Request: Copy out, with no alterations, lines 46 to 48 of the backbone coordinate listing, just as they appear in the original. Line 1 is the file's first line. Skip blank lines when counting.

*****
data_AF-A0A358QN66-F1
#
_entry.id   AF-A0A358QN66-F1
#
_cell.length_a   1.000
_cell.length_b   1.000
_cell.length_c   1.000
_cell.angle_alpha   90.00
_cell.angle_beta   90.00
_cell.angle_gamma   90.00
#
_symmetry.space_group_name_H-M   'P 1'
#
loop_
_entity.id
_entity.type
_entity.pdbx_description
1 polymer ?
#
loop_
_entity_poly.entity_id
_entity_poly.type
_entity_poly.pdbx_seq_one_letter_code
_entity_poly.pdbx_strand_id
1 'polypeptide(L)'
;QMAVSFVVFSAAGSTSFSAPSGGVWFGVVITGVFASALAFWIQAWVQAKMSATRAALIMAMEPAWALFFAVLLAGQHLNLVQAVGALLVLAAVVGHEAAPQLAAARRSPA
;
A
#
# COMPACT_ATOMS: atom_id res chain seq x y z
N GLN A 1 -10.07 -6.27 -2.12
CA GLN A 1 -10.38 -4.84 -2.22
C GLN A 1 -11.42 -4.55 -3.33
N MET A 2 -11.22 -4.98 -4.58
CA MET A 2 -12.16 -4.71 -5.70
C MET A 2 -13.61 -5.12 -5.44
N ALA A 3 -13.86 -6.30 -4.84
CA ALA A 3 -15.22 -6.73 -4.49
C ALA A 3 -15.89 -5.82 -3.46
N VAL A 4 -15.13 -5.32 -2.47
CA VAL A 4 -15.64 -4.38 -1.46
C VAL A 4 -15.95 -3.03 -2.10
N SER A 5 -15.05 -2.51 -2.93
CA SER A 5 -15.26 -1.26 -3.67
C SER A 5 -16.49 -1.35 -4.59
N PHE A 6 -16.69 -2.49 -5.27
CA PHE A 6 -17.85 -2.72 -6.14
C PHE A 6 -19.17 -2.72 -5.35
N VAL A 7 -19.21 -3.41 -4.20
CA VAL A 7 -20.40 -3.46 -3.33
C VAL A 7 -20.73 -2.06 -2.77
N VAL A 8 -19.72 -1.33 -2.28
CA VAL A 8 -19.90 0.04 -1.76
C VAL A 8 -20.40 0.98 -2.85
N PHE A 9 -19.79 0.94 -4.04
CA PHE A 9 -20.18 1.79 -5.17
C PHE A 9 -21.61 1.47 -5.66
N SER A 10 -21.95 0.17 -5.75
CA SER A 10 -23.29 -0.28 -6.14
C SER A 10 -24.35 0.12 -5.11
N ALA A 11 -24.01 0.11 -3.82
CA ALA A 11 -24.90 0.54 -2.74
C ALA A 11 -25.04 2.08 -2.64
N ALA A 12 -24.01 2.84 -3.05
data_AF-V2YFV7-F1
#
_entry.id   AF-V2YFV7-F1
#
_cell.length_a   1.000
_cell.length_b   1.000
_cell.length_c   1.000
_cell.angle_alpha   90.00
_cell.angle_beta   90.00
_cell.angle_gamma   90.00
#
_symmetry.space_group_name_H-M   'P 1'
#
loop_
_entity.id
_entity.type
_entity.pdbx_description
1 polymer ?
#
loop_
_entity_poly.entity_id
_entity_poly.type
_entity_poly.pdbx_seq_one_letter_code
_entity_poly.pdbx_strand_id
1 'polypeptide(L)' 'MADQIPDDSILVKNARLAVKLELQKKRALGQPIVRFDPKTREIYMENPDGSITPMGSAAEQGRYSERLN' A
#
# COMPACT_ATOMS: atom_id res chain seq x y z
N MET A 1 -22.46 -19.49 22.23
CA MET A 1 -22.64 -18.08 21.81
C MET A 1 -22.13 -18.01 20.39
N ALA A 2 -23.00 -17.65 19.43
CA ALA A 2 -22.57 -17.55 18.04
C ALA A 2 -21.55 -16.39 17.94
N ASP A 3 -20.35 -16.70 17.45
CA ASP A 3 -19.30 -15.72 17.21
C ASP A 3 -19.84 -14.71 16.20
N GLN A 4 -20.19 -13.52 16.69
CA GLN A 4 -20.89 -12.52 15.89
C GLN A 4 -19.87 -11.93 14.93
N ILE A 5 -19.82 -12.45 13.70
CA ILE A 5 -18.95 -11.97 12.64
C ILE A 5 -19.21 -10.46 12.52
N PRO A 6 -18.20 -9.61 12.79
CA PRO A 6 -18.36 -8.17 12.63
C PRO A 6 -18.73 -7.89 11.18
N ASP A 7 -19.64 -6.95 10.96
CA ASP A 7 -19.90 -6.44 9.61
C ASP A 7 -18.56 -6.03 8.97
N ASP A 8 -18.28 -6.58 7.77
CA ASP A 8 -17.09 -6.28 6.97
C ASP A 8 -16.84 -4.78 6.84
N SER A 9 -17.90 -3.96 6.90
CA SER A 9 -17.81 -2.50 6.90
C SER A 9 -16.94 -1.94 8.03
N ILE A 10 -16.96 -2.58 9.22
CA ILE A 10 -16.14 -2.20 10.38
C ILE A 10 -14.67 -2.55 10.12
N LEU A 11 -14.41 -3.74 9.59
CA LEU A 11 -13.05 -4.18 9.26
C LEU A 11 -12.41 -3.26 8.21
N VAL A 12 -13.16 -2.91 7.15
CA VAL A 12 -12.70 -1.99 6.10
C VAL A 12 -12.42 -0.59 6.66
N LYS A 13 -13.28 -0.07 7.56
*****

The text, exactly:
N PHE A 6 -16.69 -2.49 -5.27
CA PHE A 6 -17.85 -2.72 -6.14
C PHE A 6 -19.17 -2.72 -5.35